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Brexit: Negotiations

Volume 782: debated on Monday 24 April 2017


Asked by

To ask Her Majesty’s Government what assessment they have made of the principal Brexit negotiation issues following the invoking of Article 50.

My Lords, the Prime Minister’s letter to the President of the European Council comprehensively articulates this Government’s assessment of the principal negotiation issues. We are pleased that the indications are that both sides wish to approach these talks constructively and we look forward to negotiations beginning when the time comes.

I thank the Minister for that Answer. Bearing in mind the importance from now on of very close relations with another leading member state—France—and the importance of trade negotiations, will the Government make an effort to have close relations with it in the context of national member states and their responses to the Brexit negotiations to make sure that, even if the Government cannot go as far as accepting the wise advice of Mr Macron when he came to London last February, they will make every effort to make sure that we have a good outcome?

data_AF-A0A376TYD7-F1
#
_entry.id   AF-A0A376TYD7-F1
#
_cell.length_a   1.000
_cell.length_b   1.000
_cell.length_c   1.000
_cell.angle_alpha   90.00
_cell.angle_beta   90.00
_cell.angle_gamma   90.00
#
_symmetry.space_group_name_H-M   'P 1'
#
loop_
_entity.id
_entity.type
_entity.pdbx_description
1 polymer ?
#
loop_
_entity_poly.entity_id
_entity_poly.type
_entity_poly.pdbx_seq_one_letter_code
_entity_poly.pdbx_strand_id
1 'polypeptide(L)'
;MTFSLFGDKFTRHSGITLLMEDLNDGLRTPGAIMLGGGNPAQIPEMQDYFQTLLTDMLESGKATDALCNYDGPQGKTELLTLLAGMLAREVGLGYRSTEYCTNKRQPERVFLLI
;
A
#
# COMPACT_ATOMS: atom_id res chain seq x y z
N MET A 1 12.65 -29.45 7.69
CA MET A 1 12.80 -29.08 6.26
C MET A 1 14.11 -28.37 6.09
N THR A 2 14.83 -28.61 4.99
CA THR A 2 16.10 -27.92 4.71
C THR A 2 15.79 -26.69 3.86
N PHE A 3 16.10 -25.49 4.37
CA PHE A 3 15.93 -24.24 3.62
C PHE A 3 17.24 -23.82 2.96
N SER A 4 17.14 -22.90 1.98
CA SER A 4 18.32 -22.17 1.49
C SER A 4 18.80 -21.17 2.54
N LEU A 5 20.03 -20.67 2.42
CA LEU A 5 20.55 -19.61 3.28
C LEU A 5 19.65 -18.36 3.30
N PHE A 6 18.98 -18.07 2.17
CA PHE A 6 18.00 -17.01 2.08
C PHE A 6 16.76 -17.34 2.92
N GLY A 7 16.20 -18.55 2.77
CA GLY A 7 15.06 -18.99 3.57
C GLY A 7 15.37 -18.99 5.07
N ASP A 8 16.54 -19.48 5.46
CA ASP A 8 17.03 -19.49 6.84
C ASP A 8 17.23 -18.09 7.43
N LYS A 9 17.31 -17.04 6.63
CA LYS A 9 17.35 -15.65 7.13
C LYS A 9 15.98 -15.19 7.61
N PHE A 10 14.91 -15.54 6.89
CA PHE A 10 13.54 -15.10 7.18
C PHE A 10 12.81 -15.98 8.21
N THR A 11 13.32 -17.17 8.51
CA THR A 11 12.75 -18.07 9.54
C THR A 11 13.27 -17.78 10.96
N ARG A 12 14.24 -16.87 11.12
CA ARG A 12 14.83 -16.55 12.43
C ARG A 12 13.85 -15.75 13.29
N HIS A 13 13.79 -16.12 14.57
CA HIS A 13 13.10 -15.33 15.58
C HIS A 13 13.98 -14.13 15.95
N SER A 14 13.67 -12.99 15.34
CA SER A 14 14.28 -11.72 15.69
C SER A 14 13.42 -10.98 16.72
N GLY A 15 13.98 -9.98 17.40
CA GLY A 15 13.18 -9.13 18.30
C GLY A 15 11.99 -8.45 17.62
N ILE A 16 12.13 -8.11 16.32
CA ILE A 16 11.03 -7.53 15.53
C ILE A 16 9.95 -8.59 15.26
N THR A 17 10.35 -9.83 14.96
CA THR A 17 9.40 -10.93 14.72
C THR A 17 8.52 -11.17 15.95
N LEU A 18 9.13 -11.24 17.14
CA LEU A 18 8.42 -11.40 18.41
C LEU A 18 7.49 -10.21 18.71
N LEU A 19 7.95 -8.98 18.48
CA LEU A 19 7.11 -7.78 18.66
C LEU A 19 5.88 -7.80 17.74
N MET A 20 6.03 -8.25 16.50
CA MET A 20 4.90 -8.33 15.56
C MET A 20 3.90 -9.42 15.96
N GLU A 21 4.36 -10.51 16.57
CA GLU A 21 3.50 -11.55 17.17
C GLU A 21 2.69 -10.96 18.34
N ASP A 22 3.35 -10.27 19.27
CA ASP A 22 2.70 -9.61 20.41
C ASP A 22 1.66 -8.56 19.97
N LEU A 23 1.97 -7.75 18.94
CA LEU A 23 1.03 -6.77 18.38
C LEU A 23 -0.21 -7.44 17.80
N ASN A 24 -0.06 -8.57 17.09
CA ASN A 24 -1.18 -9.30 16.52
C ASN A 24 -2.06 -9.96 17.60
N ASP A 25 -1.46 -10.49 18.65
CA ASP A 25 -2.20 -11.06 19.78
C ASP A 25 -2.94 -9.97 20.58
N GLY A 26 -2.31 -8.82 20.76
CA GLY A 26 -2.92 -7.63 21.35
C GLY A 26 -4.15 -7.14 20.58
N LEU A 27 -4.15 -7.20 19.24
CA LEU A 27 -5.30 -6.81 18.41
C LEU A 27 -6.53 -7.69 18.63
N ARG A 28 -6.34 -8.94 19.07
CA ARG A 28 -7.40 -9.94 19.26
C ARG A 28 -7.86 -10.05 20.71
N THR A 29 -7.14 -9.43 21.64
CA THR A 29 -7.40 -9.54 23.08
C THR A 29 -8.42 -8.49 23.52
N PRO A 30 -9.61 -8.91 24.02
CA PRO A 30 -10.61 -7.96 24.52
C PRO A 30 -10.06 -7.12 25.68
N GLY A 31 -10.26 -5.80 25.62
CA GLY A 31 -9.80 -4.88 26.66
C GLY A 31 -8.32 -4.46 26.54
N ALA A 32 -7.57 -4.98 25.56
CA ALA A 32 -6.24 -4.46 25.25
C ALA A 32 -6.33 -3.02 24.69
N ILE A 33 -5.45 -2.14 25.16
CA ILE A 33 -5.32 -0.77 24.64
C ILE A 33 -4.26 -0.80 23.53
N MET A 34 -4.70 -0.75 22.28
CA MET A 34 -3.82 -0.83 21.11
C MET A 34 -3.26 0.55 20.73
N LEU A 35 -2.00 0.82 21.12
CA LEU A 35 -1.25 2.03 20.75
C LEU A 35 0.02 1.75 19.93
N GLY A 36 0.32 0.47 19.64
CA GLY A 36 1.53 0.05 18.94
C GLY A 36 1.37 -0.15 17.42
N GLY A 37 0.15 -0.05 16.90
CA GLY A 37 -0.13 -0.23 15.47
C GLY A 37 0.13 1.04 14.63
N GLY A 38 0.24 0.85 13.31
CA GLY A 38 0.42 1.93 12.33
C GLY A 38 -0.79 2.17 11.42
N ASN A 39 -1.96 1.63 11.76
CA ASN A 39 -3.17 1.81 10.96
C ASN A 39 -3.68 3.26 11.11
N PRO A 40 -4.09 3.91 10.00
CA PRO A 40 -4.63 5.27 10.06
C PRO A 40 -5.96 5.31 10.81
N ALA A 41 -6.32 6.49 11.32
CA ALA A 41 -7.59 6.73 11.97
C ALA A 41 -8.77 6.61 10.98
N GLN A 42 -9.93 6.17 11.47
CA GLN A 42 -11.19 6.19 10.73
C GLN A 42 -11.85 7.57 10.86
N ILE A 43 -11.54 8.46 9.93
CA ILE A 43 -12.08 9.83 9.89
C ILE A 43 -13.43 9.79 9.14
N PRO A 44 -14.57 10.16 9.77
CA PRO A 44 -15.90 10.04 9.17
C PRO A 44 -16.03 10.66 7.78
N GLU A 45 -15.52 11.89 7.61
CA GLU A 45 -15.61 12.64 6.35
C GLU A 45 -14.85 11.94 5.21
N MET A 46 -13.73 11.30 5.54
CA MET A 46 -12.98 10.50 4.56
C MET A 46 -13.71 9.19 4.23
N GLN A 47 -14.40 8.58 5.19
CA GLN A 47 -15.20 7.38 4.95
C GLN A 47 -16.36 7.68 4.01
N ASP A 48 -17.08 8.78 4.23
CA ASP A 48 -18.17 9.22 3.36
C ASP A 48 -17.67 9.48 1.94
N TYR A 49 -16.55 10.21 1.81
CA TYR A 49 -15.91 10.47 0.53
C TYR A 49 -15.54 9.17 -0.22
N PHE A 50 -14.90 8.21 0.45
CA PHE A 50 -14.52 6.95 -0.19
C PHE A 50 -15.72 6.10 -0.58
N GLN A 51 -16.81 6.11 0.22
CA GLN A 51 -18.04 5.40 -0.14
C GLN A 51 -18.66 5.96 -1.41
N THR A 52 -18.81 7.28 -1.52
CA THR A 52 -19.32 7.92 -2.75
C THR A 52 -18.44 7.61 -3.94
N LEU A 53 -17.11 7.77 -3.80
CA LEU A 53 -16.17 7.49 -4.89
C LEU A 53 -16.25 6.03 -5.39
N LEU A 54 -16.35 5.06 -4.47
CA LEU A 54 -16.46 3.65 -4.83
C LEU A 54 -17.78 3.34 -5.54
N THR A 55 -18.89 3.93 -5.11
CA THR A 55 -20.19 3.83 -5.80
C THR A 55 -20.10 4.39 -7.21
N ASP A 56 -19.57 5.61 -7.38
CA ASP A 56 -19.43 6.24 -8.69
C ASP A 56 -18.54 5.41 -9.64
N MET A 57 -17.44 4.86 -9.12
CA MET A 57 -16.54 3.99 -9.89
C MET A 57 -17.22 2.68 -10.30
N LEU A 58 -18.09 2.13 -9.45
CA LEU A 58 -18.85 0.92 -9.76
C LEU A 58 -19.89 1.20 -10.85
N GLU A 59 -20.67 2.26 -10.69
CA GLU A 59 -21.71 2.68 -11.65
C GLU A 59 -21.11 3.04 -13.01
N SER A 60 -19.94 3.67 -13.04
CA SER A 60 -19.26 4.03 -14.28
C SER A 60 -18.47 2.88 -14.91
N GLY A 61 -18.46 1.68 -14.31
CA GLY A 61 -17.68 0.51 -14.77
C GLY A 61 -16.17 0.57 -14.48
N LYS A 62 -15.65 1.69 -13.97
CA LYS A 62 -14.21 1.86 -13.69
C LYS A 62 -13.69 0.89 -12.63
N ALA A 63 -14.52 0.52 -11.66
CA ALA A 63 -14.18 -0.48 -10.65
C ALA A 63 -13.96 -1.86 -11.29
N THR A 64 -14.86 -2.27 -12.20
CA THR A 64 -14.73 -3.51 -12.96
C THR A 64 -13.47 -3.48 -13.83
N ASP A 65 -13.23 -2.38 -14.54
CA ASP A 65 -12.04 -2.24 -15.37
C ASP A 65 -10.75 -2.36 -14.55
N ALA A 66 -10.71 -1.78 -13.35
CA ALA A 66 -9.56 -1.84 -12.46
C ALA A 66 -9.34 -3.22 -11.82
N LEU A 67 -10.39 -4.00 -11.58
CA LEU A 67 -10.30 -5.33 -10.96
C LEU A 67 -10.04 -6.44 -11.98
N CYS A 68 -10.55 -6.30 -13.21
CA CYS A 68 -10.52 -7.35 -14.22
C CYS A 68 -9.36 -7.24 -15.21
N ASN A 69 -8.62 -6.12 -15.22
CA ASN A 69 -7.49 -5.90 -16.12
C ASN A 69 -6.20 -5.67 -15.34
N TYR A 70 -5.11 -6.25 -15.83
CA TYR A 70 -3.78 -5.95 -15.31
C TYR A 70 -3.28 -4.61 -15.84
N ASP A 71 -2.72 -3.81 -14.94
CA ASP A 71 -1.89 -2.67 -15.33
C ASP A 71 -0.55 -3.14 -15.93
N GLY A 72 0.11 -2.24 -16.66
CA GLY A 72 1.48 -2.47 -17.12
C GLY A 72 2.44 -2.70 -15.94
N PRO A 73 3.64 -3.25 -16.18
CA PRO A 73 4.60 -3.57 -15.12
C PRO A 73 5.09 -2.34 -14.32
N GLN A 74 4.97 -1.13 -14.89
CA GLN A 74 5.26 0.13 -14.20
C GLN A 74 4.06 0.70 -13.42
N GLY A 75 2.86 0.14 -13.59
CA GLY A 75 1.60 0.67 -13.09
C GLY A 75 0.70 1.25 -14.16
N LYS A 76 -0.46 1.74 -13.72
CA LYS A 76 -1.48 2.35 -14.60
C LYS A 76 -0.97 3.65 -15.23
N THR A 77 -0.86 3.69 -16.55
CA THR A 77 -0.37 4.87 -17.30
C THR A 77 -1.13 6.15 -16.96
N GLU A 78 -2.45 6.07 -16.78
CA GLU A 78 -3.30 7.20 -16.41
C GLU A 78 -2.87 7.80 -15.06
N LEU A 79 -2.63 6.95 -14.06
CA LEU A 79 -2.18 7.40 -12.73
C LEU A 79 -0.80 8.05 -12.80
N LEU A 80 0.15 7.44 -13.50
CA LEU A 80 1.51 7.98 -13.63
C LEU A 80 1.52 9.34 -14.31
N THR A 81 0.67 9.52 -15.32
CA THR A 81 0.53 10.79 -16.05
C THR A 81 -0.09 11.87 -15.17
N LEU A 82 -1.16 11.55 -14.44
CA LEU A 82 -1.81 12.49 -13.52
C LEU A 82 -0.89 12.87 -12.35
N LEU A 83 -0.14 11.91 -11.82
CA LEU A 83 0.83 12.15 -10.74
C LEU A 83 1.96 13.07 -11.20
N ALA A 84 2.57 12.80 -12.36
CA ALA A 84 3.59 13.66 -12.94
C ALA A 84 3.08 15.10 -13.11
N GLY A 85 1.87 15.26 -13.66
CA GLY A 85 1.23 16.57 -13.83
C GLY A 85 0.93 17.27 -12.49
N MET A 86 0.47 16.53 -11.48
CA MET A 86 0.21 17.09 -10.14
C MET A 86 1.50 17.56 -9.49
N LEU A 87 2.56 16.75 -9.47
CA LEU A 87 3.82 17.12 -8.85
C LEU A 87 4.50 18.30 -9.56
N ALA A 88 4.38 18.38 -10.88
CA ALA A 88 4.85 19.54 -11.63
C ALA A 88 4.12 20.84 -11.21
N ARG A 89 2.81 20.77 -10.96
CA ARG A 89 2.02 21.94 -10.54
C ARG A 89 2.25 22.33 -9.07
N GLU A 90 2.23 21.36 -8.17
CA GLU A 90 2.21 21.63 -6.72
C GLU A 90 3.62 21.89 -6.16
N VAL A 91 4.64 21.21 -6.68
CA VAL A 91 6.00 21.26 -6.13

I thank the noble Lord for that question. He will not expect me to comment on individual elections in other European member states, but your Lordships can rest assured that my ministerial colleagues and I are doing all we can to have relationships that are as cordial as possible and to build the atmosphere of trust that we wish to see before the negotiations begin.

My Lords, what assessment have the Government made of the amount of parliamentary time that will be lost thanks to a general election and whether that can be added back in, so that there is adequate parliamentary scrutiny of the negotiations, given that the limit for the negotiations is two years and we are going to lose about two months?

I can assure the noble Baroness and all noble Lords that there will be ample time for a debate about the matters before us, not just over the months to come after the general election but in the weeks before it—I am sure everyone is looking forward to it. As regards the time lost, I draw the noble Baroness’s attention to the fact that, as I understand it, the General Affairs Council will not adopt the Commission’s draft negotiating guidelines until 22 May at the earliest. Therefore, political negotiations will not begin before early June. As the Commission has said, those negotiations will begin after the general election on 8 June.